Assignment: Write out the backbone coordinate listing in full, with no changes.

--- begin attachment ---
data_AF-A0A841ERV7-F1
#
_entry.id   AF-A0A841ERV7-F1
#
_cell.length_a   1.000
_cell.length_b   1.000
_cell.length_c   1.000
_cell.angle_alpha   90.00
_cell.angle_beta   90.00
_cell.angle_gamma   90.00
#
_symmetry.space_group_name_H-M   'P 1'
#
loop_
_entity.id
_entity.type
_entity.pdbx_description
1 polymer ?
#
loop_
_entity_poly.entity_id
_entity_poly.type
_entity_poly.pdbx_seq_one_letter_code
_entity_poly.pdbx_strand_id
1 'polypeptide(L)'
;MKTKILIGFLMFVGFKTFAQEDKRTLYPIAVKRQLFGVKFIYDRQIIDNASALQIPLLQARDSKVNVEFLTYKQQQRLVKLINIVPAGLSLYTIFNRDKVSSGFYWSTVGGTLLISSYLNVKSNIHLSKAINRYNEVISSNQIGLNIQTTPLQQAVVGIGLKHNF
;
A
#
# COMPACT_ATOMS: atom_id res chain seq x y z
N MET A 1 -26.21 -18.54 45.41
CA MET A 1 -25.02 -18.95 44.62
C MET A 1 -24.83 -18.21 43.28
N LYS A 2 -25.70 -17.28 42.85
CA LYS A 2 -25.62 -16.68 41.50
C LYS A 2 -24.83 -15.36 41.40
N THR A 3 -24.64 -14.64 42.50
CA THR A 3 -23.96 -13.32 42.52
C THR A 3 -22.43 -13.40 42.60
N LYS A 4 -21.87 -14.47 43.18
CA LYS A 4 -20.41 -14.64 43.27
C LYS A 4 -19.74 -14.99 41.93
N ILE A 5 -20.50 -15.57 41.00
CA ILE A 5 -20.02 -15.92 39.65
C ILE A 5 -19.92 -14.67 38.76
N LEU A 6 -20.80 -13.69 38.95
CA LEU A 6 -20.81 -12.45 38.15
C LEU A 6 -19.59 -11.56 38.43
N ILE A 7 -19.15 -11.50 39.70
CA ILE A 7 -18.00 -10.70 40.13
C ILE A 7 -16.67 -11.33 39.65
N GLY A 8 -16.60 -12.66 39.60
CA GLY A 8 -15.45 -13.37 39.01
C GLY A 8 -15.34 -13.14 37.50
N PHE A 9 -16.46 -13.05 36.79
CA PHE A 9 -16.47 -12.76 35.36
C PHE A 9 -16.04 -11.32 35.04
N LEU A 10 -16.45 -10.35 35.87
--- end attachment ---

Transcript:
data_AF-A0A841ERV7-F1
#
_entry.id   AF-A0A841ERV7-F1
#
_cell.length_a   1.000
_cell.length_b   1.000
_cell.length_c   1.000
_cell.angle_alpha   90.00
_cell.angle_beta   90.00
_cell.angle_gamma   90.00
#
_symmetry.space_group_name_H-M   'P 1'
#
loop_
_entity.id
_entity.type
_entity.pdbx_description
1 polymer ?
#
loop_
_entity_poly.entity_id
_entity_poly.type
_entity_poly.pdbx_seq_one_letter_code
_entity_poly.pdbx_strand_id
1 'polypeptide(L)'
;MKTKILIGFLMFVGFKTFAQEDKRTLYPIAVKRQLFGVKFIYDRQIIDNASALQIPLLQARDSKVNVEFLTYKQQQRLVKLINIVPAGLSLYTIFNRDKVSSGFYWSTVGGTLLISSYLNVKSNIHLSKAINRYNEVISSNQIGLNIQTTPLQQAVVGIGLKHNF
;
A
#
# COMPACT_ATOMS: atom_id res chain seq x y z
N MET A 1 -26.21 -18.54 45.41
CA MET A 1 -25.02 -18.95 44.62
C MET A 1 -24.83 -18.21 43.28
N LYS A 2 -25.70 -17.28 42.85
CA LYS A 2 -25.62 -16.68 41.50
C LYS A 2 -24.83 -15.36 41.40
N THR A 3 -24.64 -14.64 42.50
CA THR A 3 -23.96 -13.32 42.52
C THR A 3 -22.43 -13.40 42.60
N LYS A 4 -21.87 -14.47 43.18
CA LYS A 4 -20.41 -14.64 43.27
C LYS A 4 -19.74 -14.99 41.93
N ILE A 5 -20.50 -15.57 41.00
CA ILE A 5 -20.02 -15.92 39.65
C ILE A 5 -19.92 -14.67 38.76
N LEU A 6 -20.80 -13.69 38.95
CA LEU A 6 -20.81 -12.45 38.15
C LEU A 6 -19.59 -11.56 38.43
N ILE A 7 -19.15 -11.50 39.70
CA ILE A 7 -18.00 -10.70 40.13
C ILE A 7 -16.67 -11.33 39.65
N GLY A 8 -16.60 -12.66 39.60
CA GLY A 8 -15.45 -13.37 39.01
C GLY A 8 -15.34 -13.14 37.50
N PHE A 9 -16.46 -13.05 36.79
CA PHE A 9 -16.47 -12.76 35.36
C PHE A 9 -16.04 -11.32 35.04
N LEU A 10 -16.45 -10.35 35.87